Faith-Filled Citizenship

Faith-Filled Citizenship

We are celebrating a national holiday this weekend. Monday is Labor Day. Labor Day is an American federal holiday that we always observe on the first Monday in September.  This holiday celebrates the economic and social contributions of the American workers.

All three of our readings for this weekend remind us of the behavior that our Heavenly Father expects from us, His children. These readings also remind us of the kind of behavior that our Father finds unacceptable. This year just happens to be an election year. So in light of the topic presented to us in our readings, in light of our national holiday, and in light of our upcoming election, it would appear appropriate that we stop and consider what God expects of us as individuals and as a people. What is our responsibility as a child of God? What is our responsibility as a citizen of these United States? And how can we best honor those who have contributed so much to this great nation.

In Mark’s Gospel Jesus says that, “Nothing that enters one from outside can defile that person; but the things that come out from within, and only that, are what defile.” (7:15)  Jesus then lists the evils that we humans generate from within. Many of the items listed by Jesus are obviously addressed to the individual, but some of those evils could easily be applied to a society or a culture. For example, greed, malice, deceit, licentiousness, blasphemy, arrogance and folly could all be applied to a people as well as the individual. And we could discuss how each of these manifests itself within a society. But I will pick just one. Take the word licentiousness for example. Webster defines the word as meaning a total disregard for accepted rules and standards, or as morally unrestrained behavior.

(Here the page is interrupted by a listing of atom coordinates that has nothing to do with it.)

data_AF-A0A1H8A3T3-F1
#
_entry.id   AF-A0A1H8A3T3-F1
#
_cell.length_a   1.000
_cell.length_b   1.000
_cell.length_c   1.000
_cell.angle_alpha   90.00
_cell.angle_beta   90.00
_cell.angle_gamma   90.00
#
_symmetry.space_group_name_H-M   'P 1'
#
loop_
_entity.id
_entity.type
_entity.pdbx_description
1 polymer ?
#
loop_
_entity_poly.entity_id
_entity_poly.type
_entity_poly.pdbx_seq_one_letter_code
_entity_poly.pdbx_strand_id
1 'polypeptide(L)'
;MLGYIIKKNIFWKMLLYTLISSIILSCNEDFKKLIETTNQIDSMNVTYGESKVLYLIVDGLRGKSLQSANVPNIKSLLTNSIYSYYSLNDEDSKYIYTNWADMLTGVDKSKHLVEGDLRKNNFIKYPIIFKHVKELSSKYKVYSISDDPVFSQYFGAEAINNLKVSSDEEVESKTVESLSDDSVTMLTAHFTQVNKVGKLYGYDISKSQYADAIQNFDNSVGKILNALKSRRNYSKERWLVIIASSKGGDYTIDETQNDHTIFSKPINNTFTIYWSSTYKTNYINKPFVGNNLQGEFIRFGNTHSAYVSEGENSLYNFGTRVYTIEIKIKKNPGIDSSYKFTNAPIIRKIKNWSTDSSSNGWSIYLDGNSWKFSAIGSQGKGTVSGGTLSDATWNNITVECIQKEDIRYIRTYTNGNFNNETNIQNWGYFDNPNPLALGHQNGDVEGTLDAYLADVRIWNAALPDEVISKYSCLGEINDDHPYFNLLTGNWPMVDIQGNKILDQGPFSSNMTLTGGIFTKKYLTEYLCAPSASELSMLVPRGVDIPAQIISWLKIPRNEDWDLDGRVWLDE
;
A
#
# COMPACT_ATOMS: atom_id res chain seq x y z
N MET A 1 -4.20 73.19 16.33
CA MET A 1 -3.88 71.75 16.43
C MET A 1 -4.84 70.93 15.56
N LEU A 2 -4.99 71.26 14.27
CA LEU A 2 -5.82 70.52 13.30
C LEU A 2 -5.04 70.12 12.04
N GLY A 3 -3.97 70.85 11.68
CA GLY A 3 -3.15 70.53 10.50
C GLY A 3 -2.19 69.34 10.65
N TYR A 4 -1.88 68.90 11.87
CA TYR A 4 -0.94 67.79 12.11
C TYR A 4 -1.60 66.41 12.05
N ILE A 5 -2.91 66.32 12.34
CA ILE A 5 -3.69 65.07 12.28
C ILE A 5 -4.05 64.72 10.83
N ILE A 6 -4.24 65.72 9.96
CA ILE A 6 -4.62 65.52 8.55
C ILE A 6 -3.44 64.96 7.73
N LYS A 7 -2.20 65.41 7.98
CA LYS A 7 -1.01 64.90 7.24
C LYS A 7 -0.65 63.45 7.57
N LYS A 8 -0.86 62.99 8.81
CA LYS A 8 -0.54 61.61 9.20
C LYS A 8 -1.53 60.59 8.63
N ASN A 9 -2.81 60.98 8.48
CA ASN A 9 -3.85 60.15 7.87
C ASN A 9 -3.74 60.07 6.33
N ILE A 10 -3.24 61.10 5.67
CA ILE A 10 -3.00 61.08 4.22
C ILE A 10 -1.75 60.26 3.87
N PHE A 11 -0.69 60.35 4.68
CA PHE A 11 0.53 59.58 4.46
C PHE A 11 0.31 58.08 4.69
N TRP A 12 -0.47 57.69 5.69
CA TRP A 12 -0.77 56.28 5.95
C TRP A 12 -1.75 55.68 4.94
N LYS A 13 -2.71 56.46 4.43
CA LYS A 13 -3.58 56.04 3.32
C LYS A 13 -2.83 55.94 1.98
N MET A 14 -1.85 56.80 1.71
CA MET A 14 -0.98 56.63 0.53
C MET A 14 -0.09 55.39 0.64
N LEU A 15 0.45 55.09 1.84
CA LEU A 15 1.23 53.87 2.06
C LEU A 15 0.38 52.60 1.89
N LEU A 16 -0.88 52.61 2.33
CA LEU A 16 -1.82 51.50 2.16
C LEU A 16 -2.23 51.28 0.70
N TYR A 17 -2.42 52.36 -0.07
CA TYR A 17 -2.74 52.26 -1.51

Our First Amendment to the Constitution states that, “Congress shall make no law respecting an establishment of religion, or prohibiting the free exercise thereof; or abridging the freedom of speech, or of the press; or the right of the people peaceably to assemble, and to petition the Government for a redress of grievances.” That, by definition, is Liberty. We Americans hold that word Liberty as being almost sacred, and rightly so, for it defines the principles upon which our nation was founded.

According to author Lance Richardson, “The word, Liberty, is a most important gift from God. God has given each of us the agency to choose what we want in life. He will not force His will upon us. He allows us the freedom to choose, whether good or bad. Indeed, it is one of the greatest gifts we will ever receive from God. The Declaration of Independence explains that there are God-given inalienable rights granted to man by God. This is truth. And the greatest of these is liberty, for it is true Godly freedom. Very few kingdoms of the world have ever experienced such freedom. Very few have known true liberty.” Many, throughout history, have given their all to promote and protect the sovereignty, peace and freedom of these United States.

But there is a fine line that separates liberty from licentiousness, and our founding fathers were aware of that line. Fisher Ames, for example, who was the Founding Father and framer of that First Amendment is quoted as saying, “The known propensity of a democracy is to licentiousness which the ambitious call, and ignorant believe to be liberty.” George Washington, our first American President, said, “Arbitrary power is most easily established on the ruins of liberty abused to licentiousness.”